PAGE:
The model of higher education that we’ve inherited is you go to college, you get your diploma, you go through graduation, done. We don’t live in that world anymore. So now lets talk about the two R that were in that equation So R subscript E is the required return to equity holders. And we are going to follow a model that’s famous in finance called the capital asset pricing model. This teacher is creating a digital learning experience with the help of a team at Georgia Tech University. Once it’s incorporated into a course, her lecture will be watchable anywhere her students can get online. It’s part of a trend that’s spurred a fair amount of hype. Could this be a revolution for online education? I have to wonder if physical classrooms could become another casualty of the internet age. It’s hard to imagine a future for college that isn’t touched somehow by the ongoing digital revolution. But the widely-hyped courses that are massive, open and online, so-called MOOCs that emphasize passively watching video lectures, they turn out to have a disappointing track record. It’s a privilege for me to be your calculus professor this term, and I’m glad that you’ve chosen this course. One study of a million users found only 4 percent of students ever completed their course. Which is why some educators say reinventing college isn’t as simple as posting a video online and watching the whole world learn. It’s a misnomer to think that online education is less work. it’s a lot more work hands on with the students, but the work’s distributed in a way that is constantly making the course better as opposed to constantly making the course run. At Georgia Tech, Joshua Donegal is taking a computer science class and, while he rarely meets his professor in person, he sees him regularly like this. I don’t think it’s possible to slack off, you know that there’s another human on the other side of the screen watching over you, checking you, making sure that you understand the concepts. On the other side of the country in San Francisco, a new college called Minerva only offers classes as online seminars. And while everyone here takes their classes remotely, teachers track students as closely as if they’re in the same room. Possibly more. It’s a live video environment where up to 20 students / professors can interact with one-another in real time. All of the classes are synchronized. It is about real time communication. I think if you came to a Minerva class with a hangover, you would regret it by the end. Welcome to Financial Modelling. Both of these schools bill themselves as being on higher education’s cutting edge, and both are facing an economic truth, which might surprise those who believe technological disruption always means saving lots of money. If you do online right, it is not cheap. Economist David Feldman says digital technology is not likely to lead to a world where everyone skips college and gets an online degree for free. Getting a college degree is not a financial guarantee. Nothing is a financial guarantee. But over the past 35 to 40 years, getting a college degree has become an ever better bet. Which is why, despite mounting student debt, going to college usually makes sense, even for people who borrow to pay for it. The data are very clear that the most promising way for someone who starts out at the bottom of the income distribution, who comes from a low income family to move up, the best way to do that is to get a bachelors degree. I absolutely believe that college is more essential than ever, period, full stop. And I believe that we have to be remaking education. One of the more pressing reasons for this change grows out of a new reality graduates will face as technology transforms the landscape of employment. The world is moving so fast that you can’t go to college for four years and be prepared for forty years. If your focus is on, “Let’s make this 18-year-old really happy with going to football games,” you’re not going to stay in business very long. There are people that are changing jobs five or six times over the course of their career. They tend to be in industries where disruptive change is happening all the time. And so, they come back to universities and say, “Can you help me with this?” And this has some students and universities rethinking the model of college as a single stage of life. So the old model for college was that people would show up as 18-year-old high school graduates, spend four years with you, and then you would send them out and they would work for the next 40 or 50 years. And this classic model of college is newer than you might think. The most common cliché I hear about education is that is hasn’t changed in 2000 years. That’s totally not true. In the end of the 19th Century, both European and American colleges realized the whole world had been industrialized. You had to have a different role in society. You had to a different kind of education, and education went through massive transformations. A lot of the things we take for granted in the US college experience like entrance exams, multiple choice questions, grades, even the divisions among many academic disciplines – were adopted during another time of rapid technological change, between the 1880s and 1920s. And we now equally need to go through massive transformations for a world that is not an industrial world, but an interconnected, linked world. And I always say if people did this in 1890, we can change higher education now. I think we’re at the tipping point, and we’re about to see massive changes in higher education from inside. And Georgia Tech is betting on this future with programs like a full-credit master’s degree in computer science that students can take online, from anywhere in the world. The new model is that people come back to you episodically over the course of their lifetimes. The online master’s program is a window into this future that we imagine. College isn’t for kids. I mean, I’m 36 years old now. I have three children I’ve been working professionally for a number of years. But I find it very beneficial to come back to the college environment to help improve my skillset. Otherwise, I could be behind the eight ball. And it’s not just mid-career professionals who are feeling this pressure. Sarah Hernandez is a 24 year old aerospace engineer who, shortly after graduating with a mechanical engineering degree from Rice University in 2016, landed what you might think is the job of a lifetime. I am a research engineer at the NASA Ames Research Center here in Mountain View, California. And that means I climb around wind tunnels, set up experiments, run wind tunnels, take data, and then analyze the data after the fact. We test anything from just 18 wheelers to full sized rockets. I’d like to think this kind of makes me a rocket scientist… since I work on rockets. Yeah. But she wants to match her skills to a workplace that’s becoming more digital all the time. That’s why, a little more than a year out of school, she’s going back – taking Georgia Tech’s master’s in computer science program from home. There’s a lot of scary stuff out there in terms of where the world’s heading. I think a lot of us are just very antsy right now. This is kind of how I’m dealing with it. The reality of the world we’re in right now is that you have to keep learning and keep retooling yourself to be, useful in our society, which is unfortunately how our society functions. I feel like I always have to be accelerating. Which could suggest that, for many of us, the future of college will be more of it. The challenge, for students, will be finding ways to pay for more schooling particularly when they’re in between jobs. Some advocates are calling for colleges to rethink the business model for education that’s lifelong. I’m fascinated and encouraged by a new trend of many universities to offer lifelong alumni benefits where you can come back to your own college and either for a reduced rate, or sometimes even free, take classes. It’s good business on college’s part to do this, but it’s also a sense that we owe something to you for the rest of your life.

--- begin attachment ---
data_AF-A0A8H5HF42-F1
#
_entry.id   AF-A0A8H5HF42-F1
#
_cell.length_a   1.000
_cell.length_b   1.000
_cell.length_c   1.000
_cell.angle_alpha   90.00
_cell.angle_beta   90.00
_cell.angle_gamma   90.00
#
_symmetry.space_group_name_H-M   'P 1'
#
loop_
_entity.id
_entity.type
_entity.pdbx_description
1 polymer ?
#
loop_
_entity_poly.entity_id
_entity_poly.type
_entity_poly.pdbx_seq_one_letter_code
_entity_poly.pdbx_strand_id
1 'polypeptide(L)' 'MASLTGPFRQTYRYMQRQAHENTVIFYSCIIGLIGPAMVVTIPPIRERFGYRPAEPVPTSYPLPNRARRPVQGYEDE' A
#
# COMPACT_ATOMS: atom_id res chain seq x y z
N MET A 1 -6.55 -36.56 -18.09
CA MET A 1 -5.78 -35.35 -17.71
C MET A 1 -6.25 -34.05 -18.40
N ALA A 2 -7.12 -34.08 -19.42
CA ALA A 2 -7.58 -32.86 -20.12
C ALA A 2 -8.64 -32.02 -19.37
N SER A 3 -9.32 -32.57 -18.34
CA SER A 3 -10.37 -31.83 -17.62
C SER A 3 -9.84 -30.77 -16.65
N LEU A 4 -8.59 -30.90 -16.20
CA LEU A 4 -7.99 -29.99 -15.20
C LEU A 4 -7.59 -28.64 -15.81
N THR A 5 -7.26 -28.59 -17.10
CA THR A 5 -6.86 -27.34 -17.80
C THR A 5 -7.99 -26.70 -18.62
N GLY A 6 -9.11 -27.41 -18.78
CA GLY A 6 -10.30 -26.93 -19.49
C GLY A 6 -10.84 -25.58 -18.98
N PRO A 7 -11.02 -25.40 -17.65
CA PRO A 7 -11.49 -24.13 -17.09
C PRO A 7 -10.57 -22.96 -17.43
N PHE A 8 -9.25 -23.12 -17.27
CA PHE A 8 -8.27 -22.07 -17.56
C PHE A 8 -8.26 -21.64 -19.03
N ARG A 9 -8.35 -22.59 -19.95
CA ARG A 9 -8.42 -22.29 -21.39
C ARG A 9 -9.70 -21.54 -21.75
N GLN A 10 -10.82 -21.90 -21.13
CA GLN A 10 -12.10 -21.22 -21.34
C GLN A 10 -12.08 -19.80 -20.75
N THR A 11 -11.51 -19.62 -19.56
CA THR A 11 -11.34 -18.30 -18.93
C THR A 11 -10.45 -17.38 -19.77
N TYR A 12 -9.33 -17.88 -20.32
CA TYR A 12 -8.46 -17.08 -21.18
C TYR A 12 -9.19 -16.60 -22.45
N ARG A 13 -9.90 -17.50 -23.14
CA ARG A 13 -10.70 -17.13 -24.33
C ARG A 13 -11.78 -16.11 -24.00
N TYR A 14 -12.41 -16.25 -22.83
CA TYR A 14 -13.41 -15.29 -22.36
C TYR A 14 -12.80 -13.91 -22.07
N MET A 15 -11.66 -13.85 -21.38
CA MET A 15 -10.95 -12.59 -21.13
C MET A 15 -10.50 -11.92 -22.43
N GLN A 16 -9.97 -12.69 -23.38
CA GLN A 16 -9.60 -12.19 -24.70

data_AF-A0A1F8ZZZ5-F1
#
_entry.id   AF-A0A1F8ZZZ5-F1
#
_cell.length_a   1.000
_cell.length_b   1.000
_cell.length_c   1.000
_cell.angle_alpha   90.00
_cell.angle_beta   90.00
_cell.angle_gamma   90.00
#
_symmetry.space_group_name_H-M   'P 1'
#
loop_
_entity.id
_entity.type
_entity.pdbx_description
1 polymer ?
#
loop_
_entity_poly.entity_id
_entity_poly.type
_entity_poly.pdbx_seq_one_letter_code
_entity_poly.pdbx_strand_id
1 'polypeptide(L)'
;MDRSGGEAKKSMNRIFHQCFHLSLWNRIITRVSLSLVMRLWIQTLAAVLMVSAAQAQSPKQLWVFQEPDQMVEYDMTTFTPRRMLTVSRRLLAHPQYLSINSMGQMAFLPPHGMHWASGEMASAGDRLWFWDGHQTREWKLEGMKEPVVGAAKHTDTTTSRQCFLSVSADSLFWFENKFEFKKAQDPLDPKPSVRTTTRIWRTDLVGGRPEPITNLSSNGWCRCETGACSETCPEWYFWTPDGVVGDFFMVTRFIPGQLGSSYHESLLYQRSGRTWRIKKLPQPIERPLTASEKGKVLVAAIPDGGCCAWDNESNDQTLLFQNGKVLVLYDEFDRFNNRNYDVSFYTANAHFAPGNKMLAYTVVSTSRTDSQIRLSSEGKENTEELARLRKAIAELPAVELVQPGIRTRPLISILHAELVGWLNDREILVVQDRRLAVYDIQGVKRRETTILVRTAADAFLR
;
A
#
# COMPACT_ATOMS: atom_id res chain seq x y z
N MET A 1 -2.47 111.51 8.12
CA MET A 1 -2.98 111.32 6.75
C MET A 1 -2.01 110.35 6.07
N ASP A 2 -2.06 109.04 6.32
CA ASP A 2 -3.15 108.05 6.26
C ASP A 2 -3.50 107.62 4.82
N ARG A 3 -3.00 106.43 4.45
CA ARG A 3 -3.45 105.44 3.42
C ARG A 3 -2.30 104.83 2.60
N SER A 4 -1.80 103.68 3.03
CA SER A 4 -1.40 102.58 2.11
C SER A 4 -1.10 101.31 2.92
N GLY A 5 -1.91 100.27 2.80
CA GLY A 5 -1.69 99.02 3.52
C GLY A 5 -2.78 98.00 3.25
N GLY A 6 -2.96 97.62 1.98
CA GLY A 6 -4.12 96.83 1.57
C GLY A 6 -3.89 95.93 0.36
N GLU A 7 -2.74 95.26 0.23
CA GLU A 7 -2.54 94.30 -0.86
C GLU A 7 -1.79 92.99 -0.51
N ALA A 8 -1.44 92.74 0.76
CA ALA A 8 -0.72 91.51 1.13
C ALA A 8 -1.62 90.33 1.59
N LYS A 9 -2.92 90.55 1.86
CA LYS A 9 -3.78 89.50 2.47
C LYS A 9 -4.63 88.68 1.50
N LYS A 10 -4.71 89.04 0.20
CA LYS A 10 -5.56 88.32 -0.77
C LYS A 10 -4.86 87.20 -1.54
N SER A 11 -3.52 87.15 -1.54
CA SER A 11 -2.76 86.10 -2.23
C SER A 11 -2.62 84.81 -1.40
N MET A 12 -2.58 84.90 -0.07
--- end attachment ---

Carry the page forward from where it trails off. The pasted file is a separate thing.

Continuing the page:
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84 thoughts on “The Future of College Will Be…More of It | Retro Report